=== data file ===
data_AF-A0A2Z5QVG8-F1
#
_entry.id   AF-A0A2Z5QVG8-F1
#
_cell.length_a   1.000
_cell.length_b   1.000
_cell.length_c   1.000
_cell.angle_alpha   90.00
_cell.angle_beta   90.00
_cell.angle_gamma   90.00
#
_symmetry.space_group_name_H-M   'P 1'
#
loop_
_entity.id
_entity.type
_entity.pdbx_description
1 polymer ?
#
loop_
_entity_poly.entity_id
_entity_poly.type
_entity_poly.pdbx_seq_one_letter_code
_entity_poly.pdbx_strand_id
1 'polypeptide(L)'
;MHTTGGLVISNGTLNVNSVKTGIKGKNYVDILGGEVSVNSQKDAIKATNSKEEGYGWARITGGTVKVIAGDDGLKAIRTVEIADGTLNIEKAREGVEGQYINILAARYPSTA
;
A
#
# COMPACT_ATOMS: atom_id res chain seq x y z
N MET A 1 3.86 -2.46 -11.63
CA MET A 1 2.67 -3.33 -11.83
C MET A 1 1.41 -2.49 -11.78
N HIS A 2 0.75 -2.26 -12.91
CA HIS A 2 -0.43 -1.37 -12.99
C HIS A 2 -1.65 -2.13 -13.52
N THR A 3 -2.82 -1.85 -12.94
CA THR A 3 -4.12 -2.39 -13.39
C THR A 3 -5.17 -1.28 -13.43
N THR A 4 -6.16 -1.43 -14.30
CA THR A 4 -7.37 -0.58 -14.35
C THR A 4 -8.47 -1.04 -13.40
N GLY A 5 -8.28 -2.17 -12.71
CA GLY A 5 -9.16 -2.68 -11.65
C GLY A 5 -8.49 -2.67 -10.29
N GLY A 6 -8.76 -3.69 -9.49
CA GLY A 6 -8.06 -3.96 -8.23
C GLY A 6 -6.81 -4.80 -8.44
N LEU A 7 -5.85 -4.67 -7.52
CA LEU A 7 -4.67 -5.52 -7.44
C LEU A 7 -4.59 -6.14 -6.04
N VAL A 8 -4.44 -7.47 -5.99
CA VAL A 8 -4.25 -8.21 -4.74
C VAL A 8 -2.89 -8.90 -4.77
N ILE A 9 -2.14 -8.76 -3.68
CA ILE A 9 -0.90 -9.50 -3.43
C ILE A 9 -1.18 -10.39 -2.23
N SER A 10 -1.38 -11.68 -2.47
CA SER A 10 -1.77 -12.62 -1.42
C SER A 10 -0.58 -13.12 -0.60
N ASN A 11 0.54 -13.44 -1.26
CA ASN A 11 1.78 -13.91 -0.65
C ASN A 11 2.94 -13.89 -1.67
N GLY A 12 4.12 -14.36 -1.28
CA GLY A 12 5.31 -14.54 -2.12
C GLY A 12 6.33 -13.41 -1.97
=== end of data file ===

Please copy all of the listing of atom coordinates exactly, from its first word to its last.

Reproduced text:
data_AF-A0A2Z5QVG8-F1
#
_entry.id   AF-A0A2Z5QVG8-F1
#
_cell.length_a   1.000
_cell.length_b   1.000
_cell.length_c   1.000
_cell.angle_alpha   90.00
_cell.angle_beta   90.00
_cell.angle_gamma   90.00
#
_symmetry.space_group_name_H-M   'P 1'
#
loop_
_entity.id
_entity.type
_entity.pdbx_description
1 polymer ?
#
loop_
_entity_poly.entity_id
_entity_poly.type
_entity_poly.pdbx_seq_one_letter_code
_entity_poly.pdbx_strand_id
1 'polypeptide(L)'
;MHTTGGLVISNGTLNVNSVKTGIKGKNYVDILGGEVSVNSQKDAIKATNSKEEGYGWARITGGTVKVIAGDDGLKAIRTVEIADGTLNIEKAREGVEGQYINILAARYPSTA
;
A
#
# COMPACT_ATOMS: atom_id res chain seq x y z
N MET A 1 3.86 -2.46 -11.63
CA MET A 1 2.67 -3.33 -11.83
C MET A 1 1.41 -2.49 -11.78
N HIS A 2 0.75 -2.26 -12.91
CA HIS A 2 -0.43 -1.37 -12.99
C HIS A 2 -1.65 -2.13 -13.52
N THR A 3 -2.82 -1.85 -12.94
CA THR A 3 -4.12 -2.39 -13.39
C THR A 3 -5.17 -1.28 -13.43
N THR A 4 -6.16 -1.43 -14.30
CA THR A 4 -7.37 -0.58 -14.35
C THR A 4 -8.47 -1.04 -13.40
N GLY A 5 -8.28 -2.17 -12.71
CA GLY A 5 -9.16 -2.68 -11.65
C GLY A 5 -8.49 -2.67 -10.29
N GLY A 6 -8.76 -3.69 -9.49
CA GLY A 6 -8.06 -3.96 -8.23
C GLY A 6 -6.81 -4.80 -8.44
N LEU A 7 -5.85 -4.67 -7.52
CA LEU A 7 -4.67 -5.52 -7.44
C LEU A 7 -4.59 -6.14 -6.04
N VAL A 8 -4.44 -7.47 -5.99
CA VAL A 8 -4.25 -8.21 -4.74
C VAL A 8 -2.89 -8.90 -4.77
N ILE A 9 -2.14 -8.76 -3.68
CA ILE A 9 -0.90 -9.50 -3.43
C ILE A 9 -1.18 -10.39 -2.23
N SER A 10 -1.38 -11.68 -2.47
CA SER A 10 -1.77 -12.62 -1.42
C SER A 10 -0.58 -13.12 -0.60
N ASN A 11 0.54 -13.44 -1.26
CA ASN A 11 1.78 -13.91 -0.65
C ASN A 11 2.94 -13.89 -1.67
N GLY A 12 4.12 -14.36 -1.28
CA GLY A 12 5.31 -14.54 -2.12
C GLY A 12 6.33 -13.41 -1.97